“This report is being read very carefully.” That’s what John Brennan said about the PCAST’s H1N1 study released yesterday morning. I assume you have already heard or seen the headlines full of worst-case numbers.
You, too, can give the 64-page document a close read. Here it is: Report to the President on US Preparations for 2009-H1N1 Influenza (a bit more than 2 megs).
After reading I hope you can correct a couple of my key take-aways. It was late (or actually, early) and I was grumpy while reading, so I probably missed something important.
First, it is unlikely that a vaccine will be available early enough to be of much help. And other means of medical mitigation are more case-based than population-based. Here’s a quote from the report,
The fall resurgence may well occur as early as September, with the beginning of the school term, and the peak infection may occur in mid-October. But significant availability of the 2009-H1N1 vaccine is currently projected to begin only in mid-October, with several additional weeks required until vaccinated individuals develop protective immunity. This potential mismatch in timing could significantly diminish the usefulness of vaccination for mitigating the epidemic and could place many at risk of serious disease.
Second, the report’s authors seem conflicted regarding the principal means of non-medical mitigation. Another quick quote:
A key element in mitigating the spread of an epidemic is compliance with social distancing measures—for example, staying home from work or school or avoiding public gatherings such as concerts or sporting events when ill. However, compliance is unlikely when economic or other disincentives punish individuals for these behaviors. It is critical that appropriate Federal officials take the lead in identifying these disincentives and removing or minimizing them. Since immunizing large segments of the population likely cannot be completed before late November or early December, the use of social mitigation measures may represent the most effective means for reducing transmission of virus in the fall when it is spreading most efficiently.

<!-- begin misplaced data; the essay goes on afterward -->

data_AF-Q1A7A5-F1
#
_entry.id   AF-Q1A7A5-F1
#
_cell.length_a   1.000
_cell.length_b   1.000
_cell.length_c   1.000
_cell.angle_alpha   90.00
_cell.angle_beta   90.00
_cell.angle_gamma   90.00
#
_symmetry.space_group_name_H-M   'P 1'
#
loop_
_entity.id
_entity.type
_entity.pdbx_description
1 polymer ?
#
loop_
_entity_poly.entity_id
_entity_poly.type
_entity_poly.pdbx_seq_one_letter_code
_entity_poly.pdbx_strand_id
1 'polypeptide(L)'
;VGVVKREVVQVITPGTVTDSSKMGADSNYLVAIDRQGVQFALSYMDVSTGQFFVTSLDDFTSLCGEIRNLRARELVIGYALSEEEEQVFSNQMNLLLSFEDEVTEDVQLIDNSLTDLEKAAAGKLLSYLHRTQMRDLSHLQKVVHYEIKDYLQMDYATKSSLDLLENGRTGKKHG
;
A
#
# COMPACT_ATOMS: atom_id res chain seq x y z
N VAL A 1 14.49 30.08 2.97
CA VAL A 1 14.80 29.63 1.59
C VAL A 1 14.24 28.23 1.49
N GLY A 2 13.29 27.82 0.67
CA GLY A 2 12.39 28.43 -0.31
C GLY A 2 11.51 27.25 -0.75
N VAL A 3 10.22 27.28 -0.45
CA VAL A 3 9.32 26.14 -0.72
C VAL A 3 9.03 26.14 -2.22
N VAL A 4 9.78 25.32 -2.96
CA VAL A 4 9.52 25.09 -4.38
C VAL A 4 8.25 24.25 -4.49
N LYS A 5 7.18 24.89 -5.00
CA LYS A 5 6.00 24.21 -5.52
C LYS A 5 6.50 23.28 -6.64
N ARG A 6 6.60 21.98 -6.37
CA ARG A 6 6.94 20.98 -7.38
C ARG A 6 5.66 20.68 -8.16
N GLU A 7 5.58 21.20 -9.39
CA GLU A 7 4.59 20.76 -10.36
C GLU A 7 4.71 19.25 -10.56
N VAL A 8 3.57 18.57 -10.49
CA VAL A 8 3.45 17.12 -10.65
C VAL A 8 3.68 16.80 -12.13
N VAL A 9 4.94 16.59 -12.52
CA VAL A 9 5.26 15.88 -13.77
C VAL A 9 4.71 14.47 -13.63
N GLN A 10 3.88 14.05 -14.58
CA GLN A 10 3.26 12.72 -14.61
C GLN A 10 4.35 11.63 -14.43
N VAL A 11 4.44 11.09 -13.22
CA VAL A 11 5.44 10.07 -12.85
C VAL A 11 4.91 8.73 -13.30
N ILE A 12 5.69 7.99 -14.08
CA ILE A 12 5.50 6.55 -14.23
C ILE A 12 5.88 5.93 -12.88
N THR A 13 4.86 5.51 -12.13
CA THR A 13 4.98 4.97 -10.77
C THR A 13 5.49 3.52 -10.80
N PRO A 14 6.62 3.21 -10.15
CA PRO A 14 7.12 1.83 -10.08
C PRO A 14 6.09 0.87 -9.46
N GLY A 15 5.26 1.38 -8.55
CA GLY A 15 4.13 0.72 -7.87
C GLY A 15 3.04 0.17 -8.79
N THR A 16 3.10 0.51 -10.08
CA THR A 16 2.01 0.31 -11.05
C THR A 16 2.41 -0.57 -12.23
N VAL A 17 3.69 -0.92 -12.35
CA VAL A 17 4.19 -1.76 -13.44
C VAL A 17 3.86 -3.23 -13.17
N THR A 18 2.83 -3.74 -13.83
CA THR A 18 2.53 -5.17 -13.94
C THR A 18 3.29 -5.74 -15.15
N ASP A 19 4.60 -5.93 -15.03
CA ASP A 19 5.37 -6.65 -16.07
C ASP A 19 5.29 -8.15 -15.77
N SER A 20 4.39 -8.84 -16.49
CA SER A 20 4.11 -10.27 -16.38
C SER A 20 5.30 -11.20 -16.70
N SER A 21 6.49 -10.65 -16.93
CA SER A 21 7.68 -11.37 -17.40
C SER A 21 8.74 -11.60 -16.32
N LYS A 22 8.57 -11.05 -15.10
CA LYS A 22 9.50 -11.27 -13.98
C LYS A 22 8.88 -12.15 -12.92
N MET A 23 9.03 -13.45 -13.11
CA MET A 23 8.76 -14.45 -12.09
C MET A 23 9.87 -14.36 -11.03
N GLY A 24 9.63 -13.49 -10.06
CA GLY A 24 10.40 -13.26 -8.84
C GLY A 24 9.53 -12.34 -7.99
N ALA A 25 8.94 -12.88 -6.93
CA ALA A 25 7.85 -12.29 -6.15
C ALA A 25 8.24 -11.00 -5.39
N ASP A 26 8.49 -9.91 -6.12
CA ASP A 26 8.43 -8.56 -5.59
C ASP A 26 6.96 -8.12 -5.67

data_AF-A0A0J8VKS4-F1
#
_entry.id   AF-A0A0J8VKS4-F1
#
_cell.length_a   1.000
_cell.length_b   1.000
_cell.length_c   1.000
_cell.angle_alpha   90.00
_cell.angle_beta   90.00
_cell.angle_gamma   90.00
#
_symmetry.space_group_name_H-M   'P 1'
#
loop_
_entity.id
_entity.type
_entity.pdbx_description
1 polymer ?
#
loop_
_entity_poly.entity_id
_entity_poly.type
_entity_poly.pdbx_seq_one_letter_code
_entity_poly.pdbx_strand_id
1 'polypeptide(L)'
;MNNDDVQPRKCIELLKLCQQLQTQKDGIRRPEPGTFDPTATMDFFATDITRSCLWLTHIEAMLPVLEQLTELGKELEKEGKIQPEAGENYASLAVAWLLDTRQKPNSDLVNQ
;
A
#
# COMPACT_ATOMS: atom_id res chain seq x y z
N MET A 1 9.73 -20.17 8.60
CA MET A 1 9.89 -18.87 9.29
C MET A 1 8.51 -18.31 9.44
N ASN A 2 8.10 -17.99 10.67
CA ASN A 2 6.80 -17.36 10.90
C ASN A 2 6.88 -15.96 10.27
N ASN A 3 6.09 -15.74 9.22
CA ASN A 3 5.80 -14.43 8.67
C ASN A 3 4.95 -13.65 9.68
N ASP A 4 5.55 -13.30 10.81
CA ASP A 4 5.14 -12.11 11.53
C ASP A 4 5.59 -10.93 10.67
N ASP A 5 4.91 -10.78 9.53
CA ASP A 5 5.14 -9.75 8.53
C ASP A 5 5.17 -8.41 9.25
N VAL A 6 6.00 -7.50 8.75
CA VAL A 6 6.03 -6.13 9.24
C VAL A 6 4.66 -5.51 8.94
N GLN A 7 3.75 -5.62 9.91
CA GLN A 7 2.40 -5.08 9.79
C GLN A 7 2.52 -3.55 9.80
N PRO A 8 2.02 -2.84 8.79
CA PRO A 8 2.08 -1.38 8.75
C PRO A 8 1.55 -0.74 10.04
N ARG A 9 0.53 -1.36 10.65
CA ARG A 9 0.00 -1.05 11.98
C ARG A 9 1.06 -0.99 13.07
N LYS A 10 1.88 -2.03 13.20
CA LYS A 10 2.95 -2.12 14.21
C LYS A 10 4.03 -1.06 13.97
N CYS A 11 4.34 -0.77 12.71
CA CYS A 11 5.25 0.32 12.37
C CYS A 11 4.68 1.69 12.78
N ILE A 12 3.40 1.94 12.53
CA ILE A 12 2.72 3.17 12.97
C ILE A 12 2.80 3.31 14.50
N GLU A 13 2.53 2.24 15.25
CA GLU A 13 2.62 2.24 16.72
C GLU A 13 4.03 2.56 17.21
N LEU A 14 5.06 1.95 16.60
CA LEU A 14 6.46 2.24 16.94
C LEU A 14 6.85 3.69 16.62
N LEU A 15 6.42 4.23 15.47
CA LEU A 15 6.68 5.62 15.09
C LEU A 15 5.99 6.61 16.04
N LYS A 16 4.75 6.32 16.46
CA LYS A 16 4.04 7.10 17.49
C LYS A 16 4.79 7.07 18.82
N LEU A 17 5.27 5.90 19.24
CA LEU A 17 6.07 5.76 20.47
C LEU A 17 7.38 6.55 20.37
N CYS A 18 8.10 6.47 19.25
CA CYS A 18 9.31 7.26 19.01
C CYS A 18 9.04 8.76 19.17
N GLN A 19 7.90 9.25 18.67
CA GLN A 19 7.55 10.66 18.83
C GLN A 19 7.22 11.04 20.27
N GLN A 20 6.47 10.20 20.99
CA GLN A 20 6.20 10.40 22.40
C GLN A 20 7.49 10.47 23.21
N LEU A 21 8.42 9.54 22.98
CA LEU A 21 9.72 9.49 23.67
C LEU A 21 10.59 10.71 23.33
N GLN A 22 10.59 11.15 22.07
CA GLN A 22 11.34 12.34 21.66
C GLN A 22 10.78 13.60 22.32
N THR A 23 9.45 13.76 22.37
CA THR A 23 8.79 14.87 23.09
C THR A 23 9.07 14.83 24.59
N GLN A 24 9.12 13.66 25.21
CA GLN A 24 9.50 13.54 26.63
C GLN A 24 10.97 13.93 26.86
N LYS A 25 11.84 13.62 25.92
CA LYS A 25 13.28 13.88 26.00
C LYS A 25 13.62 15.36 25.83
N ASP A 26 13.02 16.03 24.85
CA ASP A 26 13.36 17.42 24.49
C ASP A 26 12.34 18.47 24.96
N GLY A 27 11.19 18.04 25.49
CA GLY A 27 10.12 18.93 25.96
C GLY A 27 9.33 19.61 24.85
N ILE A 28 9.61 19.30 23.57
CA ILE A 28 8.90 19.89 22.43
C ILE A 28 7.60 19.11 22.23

Actually, that paragraph — by itself — seems stronger because it is taken out of context. The tone of the whole report left me with a sense that support for aggressive social distancing is squishy.
The reluctance I read between-the-lines may emerge from the PCAST’s entirely reasonable preference to impose a social distancing strategy only when and where there is clear empirical evidence for doing so. But as the report also notes, a key shortcoming in national preparedness for pandemic,
… is the lack of a rapid system for assembling detailed clinical data on severe cases that can provide a statistically adequate and continuously updated picture of risk groups and clinical course. Current systems rely on non-standardized reports from local health departments and on peer-reviewed case series, which are slow to become public.
Even if the existing disincentives to social distancing can be minimized in the next few weeks — which strikes me as less than likely — we don’t have a surveillance and reporting system sufficient to make fine-tuned strategic interventions.
So… where does that leave us? Interested in your take-aways.
Surveillance and studies during a pandemic (European Centre for Disease Prevention and Control)
Epidemiology of fatal cases associated with H1N1 (Eurosurveillance)
City has closed mind on closing schools (Juan Gonzalez, Daily News)
While written before the PCAST report was publicly available, this Washington Post indepth piece is relevant: Flu strategists see schools on the front line.